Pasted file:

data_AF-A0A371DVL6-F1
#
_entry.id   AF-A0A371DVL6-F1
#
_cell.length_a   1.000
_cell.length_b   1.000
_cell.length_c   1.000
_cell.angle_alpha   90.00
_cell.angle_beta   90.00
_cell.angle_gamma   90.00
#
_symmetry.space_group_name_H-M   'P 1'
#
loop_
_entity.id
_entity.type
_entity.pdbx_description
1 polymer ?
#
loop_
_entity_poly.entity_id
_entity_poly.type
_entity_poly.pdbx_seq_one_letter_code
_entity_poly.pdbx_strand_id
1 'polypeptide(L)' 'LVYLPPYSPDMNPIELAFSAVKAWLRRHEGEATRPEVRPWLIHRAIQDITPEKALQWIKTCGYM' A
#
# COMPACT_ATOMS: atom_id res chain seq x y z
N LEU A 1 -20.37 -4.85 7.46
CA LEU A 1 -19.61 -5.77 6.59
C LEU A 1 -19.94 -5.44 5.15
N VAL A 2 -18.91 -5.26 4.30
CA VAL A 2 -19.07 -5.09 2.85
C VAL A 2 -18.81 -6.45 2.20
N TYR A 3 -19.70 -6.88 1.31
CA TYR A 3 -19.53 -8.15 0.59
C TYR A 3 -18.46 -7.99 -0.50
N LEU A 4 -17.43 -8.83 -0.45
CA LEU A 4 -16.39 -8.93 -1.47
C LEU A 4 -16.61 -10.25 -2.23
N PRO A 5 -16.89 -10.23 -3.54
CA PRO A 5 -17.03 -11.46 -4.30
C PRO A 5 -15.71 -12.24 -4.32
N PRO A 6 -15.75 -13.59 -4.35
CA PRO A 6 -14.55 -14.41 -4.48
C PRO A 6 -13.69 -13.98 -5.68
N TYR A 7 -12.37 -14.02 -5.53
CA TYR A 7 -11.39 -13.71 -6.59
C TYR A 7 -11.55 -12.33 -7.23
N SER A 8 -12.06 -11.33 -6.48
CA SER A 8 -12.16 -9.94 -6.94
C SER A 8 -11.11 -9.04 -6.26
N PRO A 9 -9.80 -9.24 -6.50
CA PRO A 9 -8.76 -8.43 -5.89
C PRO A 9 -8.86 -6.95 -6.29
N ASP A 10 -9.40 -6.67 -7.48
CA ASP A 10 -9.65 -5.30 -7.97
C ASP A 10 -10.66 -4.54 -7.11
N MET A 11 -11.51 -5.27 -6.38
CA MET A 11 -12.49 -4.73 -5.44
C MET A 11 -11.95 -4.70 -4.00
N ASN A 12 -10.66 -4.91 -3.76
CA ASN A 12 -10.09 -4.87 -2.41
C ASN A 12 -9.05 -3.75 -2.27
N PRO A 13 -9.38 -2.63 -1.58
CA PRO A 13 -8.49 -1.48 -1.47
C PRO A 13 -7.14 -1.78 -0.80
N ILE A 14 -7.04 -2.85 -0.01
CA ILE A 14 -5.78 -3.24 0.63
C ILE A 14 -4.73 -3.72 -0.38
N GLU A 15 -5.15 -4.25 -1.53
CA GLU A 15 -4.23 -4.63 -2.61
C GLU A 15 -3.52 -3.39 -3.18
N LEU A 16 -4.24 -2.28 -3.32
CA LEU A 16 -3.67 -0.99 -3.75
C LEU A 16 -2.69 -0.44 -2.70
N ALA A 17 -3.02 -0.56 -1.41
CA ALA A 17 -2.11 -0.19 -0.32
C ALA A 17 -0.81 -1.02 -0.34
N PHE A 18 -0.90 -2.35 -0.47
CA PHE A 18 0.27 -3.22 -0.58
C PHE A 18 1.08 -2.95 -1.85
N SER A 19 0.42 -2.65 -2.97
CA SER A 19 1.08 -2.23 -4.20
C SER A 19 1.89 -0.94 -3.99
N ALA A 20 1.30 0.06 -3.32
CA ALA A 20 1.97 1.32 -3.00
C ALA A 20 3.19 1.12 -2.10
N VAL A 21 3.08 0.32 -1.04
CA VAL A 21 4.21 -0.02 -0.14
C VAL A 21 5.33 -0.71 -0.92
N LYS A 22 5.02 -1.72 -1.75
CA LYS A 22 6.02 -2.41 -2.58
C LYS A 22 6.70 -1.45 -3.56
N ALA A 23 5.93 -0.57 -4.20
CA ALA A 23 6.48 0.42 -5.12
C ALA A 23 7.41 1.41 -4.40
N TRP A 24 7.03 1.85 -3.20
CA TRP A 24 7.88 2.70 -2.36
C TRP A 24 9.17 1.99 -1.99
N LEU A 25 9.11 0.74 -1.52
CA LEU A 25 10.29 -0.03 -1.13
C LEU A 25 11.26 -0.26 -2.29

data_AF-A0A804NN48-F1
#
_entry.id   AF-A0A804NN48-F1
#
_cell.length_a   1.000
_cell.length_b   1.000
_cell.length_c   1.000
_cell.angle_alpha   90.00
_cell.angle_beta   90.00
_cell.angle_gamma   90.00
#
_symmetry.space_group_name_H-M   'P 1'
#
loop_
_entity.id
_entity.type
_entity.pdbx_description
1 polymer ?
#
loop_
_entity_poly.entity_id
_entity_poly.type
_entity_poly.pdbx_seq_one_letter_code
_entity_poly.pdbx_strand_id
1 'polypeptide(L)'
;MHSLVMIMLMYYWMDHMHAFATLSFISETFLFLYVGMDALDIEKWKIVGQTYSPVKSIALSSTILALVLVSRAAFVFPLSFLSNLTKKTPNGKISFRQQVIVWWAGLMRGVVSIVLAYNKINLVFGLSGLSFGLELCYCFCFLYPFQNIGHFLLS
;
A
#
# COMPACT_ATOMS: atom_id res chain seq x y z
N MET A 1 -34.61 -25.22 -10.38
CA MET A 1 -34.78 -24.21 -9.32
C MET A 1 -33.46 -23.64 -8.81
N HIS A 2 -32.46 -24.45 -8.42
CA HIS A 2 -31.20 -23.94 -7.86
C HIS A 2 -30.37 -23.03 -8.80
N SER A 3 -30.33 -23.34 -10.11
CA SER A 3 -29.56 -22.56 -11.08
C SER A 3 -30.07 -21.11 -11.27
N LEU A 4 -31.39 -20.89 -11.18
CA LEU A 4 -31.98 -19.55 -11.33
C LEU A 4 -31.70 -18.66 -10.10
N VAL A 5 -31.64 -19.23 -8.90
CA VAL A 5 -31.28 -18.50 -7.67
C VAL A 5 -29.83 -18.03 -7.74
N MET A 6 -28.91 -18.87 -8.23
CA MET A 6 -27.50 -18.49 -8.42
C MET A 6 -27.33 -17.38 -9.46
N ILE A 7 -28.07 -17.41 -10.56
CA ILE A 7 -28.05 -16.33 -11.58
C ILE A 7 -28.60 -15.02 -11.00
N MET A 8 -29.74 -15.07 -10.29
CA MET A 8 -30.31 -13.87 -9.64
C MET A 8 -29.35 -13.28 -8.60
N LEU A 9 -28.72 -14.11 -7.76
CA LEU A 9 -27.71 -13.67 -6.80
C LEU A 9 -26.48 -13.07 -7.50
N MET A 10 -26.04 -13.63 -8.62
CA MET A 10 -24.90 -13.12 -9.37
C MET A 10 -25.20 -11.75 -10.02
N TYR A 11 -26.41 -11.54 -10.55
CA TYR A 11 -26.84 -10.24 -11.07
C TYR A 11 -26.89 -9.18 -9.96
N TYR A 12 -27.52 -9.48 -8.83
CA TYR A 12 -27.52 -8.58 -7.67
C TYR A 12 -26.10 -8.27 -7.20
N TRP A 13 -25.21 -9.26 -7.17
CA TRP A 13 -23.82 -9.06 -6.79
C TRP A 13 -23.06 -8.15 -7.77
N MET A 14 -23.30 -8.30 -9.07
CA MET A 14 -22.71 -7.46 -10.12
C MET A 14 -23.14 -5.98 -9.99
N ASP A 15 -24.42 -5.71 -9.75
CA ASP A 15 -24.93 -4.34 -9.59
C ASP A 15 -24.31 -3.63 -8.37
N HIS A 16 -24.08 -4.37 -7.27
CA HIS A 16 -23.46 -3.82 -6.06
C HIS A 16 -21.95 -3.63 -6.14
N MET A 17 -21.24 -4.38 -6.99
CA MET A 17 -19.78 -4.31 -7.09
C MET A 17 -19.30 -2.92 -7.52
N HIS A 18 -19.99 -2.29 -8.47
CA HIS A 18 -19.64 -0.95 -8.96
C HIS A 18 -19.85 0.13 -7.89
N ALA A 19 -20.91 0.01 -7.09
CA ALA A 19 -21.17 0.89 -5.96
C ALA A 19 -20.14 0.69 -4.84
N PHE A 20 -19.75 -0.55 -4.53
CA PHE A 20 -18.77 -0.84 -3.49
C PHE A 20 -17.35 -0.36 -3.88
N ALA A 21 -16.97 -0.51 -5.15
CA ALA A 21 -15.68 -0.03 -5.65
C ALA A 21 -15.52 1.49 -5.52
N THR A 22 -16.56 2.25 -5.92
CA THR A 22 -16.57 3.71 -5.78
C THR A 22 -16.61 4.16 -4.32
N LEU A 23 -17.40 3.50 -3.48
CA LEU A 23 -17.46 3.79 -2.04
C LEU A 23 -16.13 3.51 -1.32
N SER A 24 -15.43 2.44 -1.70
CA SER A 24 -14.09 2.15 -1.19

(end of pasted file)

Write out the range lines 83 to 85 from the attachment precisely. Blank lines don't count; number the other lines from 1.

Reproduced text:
CA SER A 19 1.08 -2.23 -4.20
C SER A 19 1.89 -0.94 -3.99
N ALA A 20 1.30 0.06 -3.32